Last winter, someone threw a peppermint schnapps bottle through the shop’s window (it broke the outer window but not the inner one). The window is right next to a public trash can.
In another incident, someone stored stolen items in the store’s garbage shed.
She said she’s considering resigning from her job because she can no longer park in front of the store the whole day and doesn’t feel safe in the city’s garages.
“I don’t like going into the (parking) garage,” she said. “It’s scary.”
While those at the screenings say things are bad, they also expressed concern for those who find themselves homeless, on the streets, or in the throes of addiction. Lindley sometimes gives out lunches and bottled water. She and her family collected blankets, sleeping bags, and warm clothing to donate to people sleeping outside, even giving them the socks off their own feet when they ran out. Many people asked her what agency she was with, she said, and they were surprised when she said she was just a caring neighbor.
“I don’t think there’s finer people than the people that live here (in Juneau),” Lindley said. “We can fundraise to support any cause, but we’re leaving it up to the agencies.”
“One of things we’re trying to do is to get people to take some of this on themselves,” Race said.
Case in point: after watching the video, Denton realized he needed to work on the Senate Building a little more.
“Some things in this video are already cleaned up,” Race said. “Business owners watched this, and they were embarrassed.”
“That’s what this film was designed to do,” Denton said. “Shake people and wake them up. I’ve been here for 30 years, and I didn’t know how bad it was until I was hanging off the side of the building.”
Problems overflow Glory Hole capacity
Mariya Lovischuk, executive director of the Glory Hole, said she was happy to be invited to watch the documentary.
“I’ve been thinking a lot, because I walk downtown from my car to work, and I see folks who are chronically inebriated,” she said. “It bothers me a ton as a human being to see other human beings who are ill and suffering. It’s really great that Pat (Race) made the movie because it really does highlight this very serious social community issue that we have.”
In 2009, the Glory Hole started stringently enforcing its Breathalyzer policy. No one with a blood alcohol content of greater than 0.1 percent is allowed inside; that makes it a better environment for those who use it as a place to detox, she said.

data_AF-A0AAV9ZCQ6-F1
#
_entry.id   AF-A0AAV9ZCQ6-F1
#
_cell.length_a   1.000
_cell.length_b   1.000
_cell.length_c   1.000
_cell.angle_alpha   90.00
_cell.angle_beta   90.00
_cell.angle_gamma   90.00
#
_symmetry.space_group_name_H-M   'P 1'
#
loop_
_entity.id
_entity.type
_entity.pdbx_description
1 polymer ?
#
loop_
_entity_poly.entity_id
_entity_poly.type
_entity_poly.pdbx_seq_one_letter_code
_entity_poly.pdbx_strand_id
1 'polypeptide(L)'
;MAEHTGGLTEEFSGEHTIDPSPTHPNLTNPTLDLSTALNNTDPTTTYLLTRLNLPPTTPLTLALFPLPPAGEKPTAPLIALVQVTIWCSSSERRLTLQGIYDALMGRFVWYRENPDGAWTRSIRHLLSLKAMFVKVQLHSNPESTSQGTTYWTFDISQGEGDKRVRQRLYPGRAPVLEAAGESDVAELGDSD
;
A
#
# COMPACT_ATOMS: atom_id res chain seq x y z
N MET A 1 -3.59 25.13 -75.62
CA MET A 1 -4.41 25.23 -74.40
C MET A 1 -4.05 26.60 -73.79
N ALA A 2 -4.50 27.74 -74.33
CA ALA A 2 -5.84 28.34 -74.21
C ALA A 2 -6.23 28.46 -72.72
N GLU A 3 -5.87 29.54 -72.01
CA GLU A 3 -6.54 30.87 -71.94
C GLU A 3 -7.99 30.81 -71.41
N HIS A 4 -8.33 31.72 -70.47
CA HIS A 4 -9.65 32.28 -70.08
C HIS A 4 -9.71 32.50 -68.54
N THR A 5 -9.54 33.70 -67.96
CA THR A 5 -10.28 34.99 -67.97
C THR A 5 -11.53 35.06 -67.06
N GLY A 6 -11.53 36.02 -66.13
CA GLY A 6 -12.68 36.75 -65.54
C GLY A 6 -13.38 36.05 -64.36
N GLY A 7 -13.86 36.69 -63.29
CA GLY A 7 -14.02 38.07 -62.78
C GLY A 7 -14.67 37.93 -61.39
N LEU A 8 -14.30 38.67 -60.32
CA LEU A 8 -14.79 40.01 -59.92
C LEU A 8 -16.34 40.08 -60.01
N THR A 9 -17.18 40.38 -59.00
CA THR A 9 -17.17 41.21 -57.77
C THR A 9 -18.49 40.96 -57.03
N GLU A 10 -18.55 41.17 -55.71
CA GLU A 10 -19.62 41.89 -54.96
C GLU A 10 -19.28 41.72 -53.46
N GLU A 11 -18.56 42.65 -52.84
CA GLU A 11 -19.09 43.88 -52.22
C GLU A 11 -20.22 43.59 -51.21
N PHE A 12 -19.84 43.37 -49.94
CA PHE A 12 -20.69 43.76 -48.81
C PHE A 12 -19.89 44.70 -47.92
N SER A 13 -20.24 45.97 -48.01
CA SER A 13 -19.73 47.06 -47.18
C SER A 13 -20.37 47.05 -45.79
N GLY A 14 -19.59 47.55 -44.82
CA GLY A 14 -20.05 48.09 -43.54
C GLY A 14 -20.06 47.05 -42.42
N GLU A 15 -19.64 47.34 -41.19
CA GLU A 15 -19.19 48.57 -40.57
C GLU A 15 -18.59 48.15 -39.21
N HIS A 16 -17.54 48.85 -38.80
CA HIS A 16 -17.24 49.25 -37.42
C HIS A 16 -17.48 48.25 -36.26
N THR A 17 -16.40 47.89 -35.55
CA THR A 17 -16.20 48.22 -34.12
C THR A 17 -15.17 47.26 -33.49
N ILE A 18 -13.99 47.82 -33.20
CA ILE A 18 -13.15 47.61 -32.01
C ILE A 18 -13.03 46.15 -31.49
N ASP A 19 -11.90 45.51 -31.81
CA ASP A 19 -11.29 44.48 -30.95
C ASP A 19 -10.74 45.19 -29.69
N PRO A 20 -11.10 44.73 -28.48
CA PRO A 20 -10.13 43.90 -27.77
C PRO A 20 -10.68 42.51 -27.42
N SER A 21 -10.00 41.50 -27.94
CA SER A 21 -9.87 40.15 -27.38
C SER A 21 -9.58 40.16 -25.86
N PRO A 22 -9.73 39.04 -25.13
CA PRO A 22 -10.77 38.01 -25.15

Some contend that the Glory Hole itself causes problems, because it no longer lodges those who are drunk and pushes them into Juneau’s streets. Lovischuk doesn’t think that’s true.
The solution, she and others say, is a new kind of housing for Juneau: permanent supportive housing. Next week’s Capital City Weekly and Juneau Empire will delve into this type of housing, which allows drinking.
Lovischuk and others blame the downtown problems on cheap, high-alcohol liquor.
“A lot of problems with folks who are chronically inebriated would lessen if there were not so much access to packaged liquor,” Lovischuk said. “Where do most of the public disturbances happen? How close are these disturbances to places that sell packaged liquor? It’s not all liquor stores. Not all bars. Most don’t sell to people who have chronic, very severe substance abuse issues. But some liquor stores do and some cater to those folks almost specifically, and I think that is a huge, huge issue.”
She pointed to one of the images in the documentary that stood out to her: malt liquor cans spilling out of a garbage can behind the Emporium building.
“It’s just so clear that it’s just a huge problem, and that (type of) liquor is directly correlated to the behaviors people don’t want to see and find threatening — and is what’s killing people who are drinking it,” she said. “I think the combination of limiting that and building permanent supportive housing is at the heart of the solution to this.”
Juneau Police Department spokesman Lt. David Campbell said while some beverages may be popular with those suffering from chronic inebriation, he doesn’t think their removal will solve any problems.